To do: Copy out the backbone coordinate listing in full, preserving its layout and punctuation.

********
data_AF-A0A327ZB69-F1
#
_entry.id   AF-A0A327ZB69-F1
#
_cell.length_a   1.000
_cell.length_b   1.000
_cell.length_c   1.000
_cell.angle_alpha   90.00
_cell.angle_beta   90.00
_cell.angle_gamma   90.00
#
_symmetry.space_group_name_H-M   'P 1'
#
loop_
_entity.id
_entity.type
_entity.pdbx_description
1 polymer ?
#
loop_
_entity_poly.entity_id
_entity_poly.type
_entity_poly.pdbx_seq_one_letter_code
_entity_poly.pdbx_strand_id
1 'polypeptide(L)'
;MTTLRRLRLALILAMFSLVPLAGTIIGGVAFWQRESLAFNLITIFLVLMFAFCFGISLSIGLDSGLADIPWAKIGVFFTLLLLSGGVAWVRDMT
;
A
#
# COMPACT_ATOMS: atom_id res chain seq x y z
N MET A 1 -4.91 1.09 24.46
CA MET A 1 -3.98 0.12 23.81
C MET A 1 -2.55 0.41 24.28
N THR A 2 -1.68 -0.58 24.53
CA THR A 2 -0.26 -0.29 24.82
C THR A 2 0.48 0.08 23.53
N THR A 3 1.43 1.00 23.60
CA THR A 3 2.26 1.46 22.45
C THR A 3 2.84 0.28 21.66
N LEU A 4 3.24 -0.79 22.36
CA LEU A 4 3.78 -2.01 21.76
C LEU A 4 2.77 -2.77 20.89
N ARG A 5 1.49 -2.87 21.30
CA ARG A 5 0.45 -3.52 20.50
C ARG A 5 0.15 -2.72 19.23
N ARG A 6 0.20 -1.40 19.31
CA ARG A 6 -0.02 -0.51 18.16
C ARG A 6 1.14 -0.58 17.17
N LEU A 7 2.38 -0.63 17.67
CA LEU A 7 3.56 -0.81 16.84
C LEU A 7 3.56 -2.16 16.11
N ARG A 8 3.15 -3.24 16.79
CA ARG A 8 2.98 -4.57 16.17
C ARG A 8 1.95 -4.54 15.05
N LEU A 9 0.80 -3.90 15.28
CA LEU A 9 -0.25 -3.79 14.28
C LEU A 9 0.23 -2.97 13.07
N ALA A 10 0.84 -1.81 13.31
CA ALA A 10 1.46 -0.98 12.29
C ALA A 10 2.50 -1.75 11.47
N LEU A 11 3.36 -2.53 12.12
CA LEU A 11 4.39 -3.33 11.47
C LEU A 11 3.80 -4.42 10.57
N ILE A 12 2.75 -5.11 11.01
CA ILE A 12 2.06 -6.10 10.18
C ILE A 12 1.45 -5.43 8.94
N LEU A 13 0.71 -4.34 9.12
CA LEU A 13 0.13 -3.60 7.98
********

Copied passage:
data_AF-A0A327ZB69-F1
#
_entry.id   AF-A0A327ZB69-F1
#
_cell.length_a   1.000
_cell.length_b   1.000
_cell.length_c   1.000
_cell.angle_alpha   90.00
_cell.angle_beta   90.00
_cell.angle_gamma   90.00
#
_symmetry.space_group_name_H-M   'P 1'
#
loop_
_entity.id
_entity.type
_entity.pdbx_description
1 polymer ?
#
loop_
_entity_poly.entity_id
_entity_poly.type
_entity_poly.pdbx_seq_one_letter_code
_entity_poly.pdbx_strand_id
1 'polypeptide(L)'
;MTTLRRLRLALILAMFSLVPLAGTIIGGVAFWQRESLAFNLITIFLVLMFAFCFGISLSIGLDSGLADIPWAKIGVFFTLLLLSGGVAWVRDMT
;
A
#
# COMPACT_ATOMS: atom_id res chain seq x y z
N MET A 1 -4.91 1.09 24.46
CA MET A 1 -3.98 0.12 23.81
C MET A 1 -2.55 0.41 24.28
N THR A 2 -1.68 -0.58 24.53
CA THR A 2 -0.26 -0.29 24.82
C THR A 2 0.48 0.08 23.53
N THR A 3 1.43 1.00 23.60
CA THR A 3 2.26 1.46 22.45
C THR A 3 2.84 0.28 21.66
N LEU A 4 3.24 -0.79 22.36
CA LEU A 4 3.78 -2.01 21.76
C LEU A 4 2.77 -2.77 20.89
N ARG A 5 1.49 -2.87 21.30
CA ARG A 5 0.45 -3.52 20.50
C ARG A 5 0.15 -2.72 19.23
N ARG A 6 0.20 -1.40 19.31
CA ARG A 6 -0.02 -0.51 18.16
C ARG A 6 1.14 -0.58 17.17
N LEU A 7 2.38 -0.63 17.67
CA LEU A 7 3.56 -0.81 16.84
C LEU A 7 3.56 -2.16 16.11
N ARG A 8 3.15 -3.24 16.79
CA ARG A 8 2.98 -4.57 16.17
C ARG A 8 1.95 -4.54 15.05
N LEU A 9 0.80 -3.90 15.28
CA LEU A 9 -0.25 -3.79 14.28
C LEU A 9 0.23 -2.97 13.07
N ALA A 10 0.84 -1.81 13.31
CA ALA A 10 1.46 -0.98 12.29
C ALA A 10 2.50 -1.75 11.47
N LEU A 11 3.36 -2.53 12.12
CA LEU A 11 4.39 -3.33 11.47
C LEU A 11 3.80 -4.42 10.57
N ILE A 12 2.75 -5.11 11.01
CA ILE A 12 2.06 -6.10 10.18
C ILE A 12 1.45 -5.43 8.94
N LEU A 13 0.71 -4.34 9.12
CA LEU A 13 0.13 -3.60 7.98